When the Finnish Prime Minister opens his own house to refugees, Angela Merkel opens boldly Germany’s borders to the Syrian refugees, followed with some reluctance by Francois Hollande in France and David Cameron in the UK. Will Finland follow the German Chancellor, or stay in the group of opponents led by Hungarian autocrat Prime Minister Viktor Orban, who sees the arrival of refugees as a Muslim invasion and has built a wall on its border?
Juha Sipilä offers his empty house to the refugees
The Finnish Prime Minister Juha Sipilä has offered Saturday to host refugees in his empty house, located in Kempele, 500 km north of Helsinki. He explained “my house is not so much in use now“. Before that, he had already launched multiple calls to the Finns to show solidarity towards those who arrive in the country, and when proposing his house, he said: “I hope this will become a sort of popular movement that will inspire many to take their share of responsibility in this housing crisis of refugees. I want to make my contribution to the building to show that Finland is a multicultural country“.
It shows that he is personally a good person, but as a Prime Minister it will not be sufficient: the reception capacity of Finland for asylum seekers is now saturated, with 25,000 to 30,000 asylum applications expected in 2015, seven to eight times more than in 2014. The public authorities are pushing to open more centers or to increase the capacity of existing ones, but it is quite difficult with the opposition of one of the main parties in the governmental coalition (populist extreme right Perussuomalaiset, the Finns’ Party) and, according to YLE news, local opposition in a number of towns such as Askola, Hämeenkyrö, Kuortane and Taivalkoski, and in the region of South Ostrobothnia.
Mama Merkel, an generous and practical leader for Europe
He may be inspired by Angela Merkel, who has not only shown her kindness for people obliged to leave their countries because of the ongoing wars, but has also taken a bold move as a real leader. Berlin has announced on the 25th of August that it will stop sending back asylum seekers to the country by which they entered the European Union, even if it was provided for in the Dublin agreements. The move was recognized by the European Commission as an “act of European solidarity.” “This is a recognition that we can not leave the Member States at the external borders only manage the large number of asylum seekers seeking refuge in Europe,” said Natasha Bertauds, spokesperson of the European Commission. Germany is still the only one who made the decision among the member states.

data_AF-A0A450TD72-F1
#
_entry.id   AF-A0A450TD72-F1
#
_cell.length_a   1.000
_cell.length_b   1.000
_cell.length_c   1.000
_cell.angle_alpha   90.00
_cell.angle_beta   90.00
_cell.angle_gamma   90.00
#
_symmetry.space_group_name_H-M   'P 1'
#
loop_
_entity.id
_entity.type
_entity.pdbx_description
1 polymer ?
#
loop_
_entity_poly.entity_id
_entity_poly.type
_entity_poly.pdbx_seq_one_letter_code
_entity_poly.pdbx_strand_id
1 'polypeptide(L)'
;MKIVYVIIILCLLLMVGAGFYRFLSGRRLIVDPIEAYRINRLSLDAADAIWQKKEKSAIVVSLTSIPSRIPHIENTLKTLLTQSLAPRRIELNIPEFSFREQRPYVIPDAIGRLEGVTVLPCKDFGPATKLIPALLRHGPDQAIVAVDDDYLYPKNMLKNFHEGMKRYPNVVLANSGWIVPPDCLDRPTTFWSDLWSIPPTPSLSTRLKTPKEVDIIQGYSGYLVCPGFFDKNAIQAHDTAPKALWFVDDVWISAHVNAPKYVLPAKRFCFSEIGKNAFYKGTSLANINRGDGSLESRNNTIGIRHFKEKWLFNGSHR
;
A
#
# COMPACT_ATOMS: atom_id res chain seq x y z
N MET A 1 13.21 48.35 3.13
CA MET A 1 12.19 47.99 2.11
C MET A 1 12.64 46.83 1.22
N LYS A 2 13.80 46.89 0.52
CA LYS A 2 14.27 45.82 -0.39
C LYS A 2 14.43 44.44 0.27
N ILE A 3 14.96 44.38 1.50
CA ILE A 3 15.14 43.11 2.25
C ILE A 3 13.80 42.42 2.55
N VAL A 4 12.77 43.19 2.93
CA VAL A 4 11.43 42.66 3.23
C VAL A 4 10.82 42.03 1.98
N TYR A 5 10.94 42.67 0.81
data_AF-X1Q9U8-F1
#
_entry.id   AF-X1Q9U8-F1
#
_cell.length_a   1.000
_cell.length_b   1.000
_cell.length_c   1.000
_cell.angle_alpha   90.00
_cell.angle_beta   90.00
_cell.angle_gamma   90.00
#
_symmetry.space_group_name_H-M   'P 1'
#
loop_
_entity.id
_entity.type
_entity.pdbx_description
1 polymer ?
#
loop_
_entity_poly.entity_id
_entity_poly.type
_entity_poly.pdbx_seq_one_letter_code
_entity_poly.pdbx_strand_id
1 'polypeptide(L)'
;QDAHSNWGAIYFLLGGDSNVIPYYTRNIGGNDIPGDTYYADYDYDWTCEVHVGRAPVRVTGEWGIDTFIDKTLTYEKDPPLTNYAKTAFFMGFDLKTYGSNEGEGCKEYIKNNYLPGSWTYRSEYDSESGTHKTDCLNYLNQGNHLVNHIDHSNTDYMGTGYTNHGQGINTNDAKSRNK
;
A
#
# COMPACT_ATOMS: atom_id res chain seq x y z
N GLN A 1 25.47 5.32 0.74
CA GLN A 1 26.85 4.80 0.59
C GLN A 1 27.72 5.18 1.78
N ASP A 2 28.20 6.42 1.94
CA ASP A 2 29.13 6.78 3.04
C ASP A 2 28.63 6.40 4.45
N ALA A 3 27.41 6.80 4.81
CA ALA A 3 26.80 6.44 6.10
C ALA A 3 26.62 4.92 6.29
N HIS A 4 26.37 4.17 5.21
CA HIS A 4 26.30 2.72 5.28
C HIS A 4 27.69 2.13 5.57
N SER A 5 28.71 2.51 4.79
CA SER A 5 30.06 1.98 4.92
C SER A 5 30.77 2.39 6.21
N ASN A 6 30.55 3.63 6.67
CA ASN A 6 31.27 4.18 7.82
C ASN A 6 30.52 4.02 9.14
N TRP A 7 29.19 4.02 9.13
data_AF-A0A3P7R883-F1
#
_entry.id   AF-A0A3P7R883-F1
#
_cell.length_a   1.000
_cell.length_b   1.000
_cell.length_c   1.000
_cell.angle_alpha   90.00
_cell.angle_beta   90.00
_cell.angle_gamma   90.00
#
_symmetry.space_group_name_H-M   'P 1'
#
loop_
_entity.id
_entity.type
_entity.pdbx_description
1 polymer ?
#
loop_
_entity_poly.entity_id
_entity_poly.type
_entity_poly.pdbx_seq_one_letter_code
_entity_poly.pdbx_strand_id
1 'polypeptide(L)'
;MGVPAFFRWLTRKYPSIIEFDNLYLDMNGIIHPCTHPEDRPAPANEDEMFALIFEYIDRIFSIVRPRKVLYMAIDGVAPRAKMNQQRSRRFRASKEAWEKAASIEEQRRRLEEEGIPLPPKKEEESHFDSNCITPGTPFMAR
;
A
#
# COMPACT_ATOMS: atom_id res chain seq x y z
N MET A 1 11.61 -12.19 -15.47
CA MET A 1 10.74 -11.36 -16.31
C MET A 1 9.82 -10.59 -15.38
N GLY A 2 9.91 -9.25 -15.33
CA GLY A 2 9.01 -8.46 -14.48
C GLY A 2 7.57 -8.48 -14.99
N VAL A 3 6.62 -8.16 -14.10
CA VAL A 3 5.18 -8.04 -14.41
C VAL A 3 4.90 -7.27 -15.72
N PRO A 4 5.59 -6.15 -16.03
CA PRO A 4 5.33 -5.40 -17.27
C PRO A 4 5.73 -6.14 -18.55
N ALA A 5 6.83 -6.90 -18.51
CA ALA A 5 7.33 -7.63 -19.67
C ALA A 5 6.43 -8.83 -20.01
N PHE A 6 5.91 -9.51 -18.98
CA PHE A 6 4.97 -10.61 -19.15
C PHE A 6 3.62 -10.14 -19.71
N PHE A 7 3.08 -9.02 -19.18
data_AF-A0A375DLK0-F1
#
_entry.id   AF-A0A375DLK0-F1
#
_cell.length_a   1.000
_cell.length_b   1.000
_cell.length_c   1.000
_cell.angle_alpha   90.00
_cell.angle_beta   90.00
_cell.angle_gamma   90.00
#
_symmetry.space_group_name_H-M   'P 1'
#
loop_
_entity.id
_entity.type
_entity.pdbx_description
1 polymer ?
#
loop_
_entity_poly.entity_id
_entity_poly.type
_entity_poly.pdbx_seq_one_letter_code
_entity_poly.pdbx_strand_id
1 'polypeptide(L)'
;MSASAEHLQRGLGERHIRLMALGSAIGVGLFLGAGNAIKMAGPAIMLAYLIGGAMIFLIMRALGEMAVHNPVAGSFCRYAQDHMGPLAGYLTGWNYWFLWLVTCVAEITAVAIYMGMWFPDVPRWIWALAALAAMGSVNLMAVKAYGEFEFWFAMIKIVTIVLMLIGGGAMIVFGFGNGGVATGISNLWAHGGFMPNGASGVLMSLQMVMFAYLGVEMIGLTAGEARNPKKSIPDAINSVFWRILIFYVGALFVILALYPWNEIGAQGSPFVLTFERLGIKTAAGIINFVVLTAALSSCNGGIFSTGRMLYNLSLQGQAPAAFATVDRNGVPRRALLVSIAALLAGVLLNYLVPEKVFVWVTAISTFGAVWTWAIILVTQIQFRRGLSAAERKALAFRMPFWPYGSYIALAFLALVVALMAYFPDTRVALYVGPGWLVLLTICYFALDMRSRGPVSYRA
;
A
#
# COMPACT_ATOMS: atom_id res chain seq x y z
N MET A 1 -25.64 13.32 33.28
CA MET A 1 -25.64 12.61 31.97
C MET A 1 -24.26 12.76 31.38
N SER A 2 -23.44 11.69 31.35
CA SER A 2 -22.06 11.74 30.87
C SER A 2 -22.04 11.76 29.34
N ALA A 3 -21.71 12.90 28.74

In a recent article, the magazine Newsweek writes: “The refugees making life-threatening journeys across the Mediterranean and through Europe have a new hero—German Chancellor Angela Merkel. While Europe has largely flailed in the face of the greatest such crisis since the end of World War II, Merkel has provided rare leadership. The most powerful country in Europe expects to take in 800,000 people this year, four times as many as it did in 2014. Instead of tightening border controls and insisting the country has no room for more refugees, as some governments have done, the German government has made it clear that it will welcome large numbers of the people fleeing the conflict in Syria and other troubled parts of the Middle East, Africa and South Asia. Asylum seekers have taken to calling the German leader “Mama Merkel.”
Newsweek is seeing two reasons for this bold move: a first one is that Merkel and Germany have benefited after the last war of the support of the United States and other former enemies of Germany who “contributed huge financial and practical resources to help the country recover economically and politically. More recently, East Germans—including Merkel, who was born in West Germany but grew up in East Germany after her Lutheran father accepted a pastorate in the Soviet protectorate—were embraced by their West German neighbors after the fall of the Berlin Wall in 1989“. Stefan Kornelius, author of Angela Merkel: The Authorized Biography indicates that “There is no moral questioning of her motives.”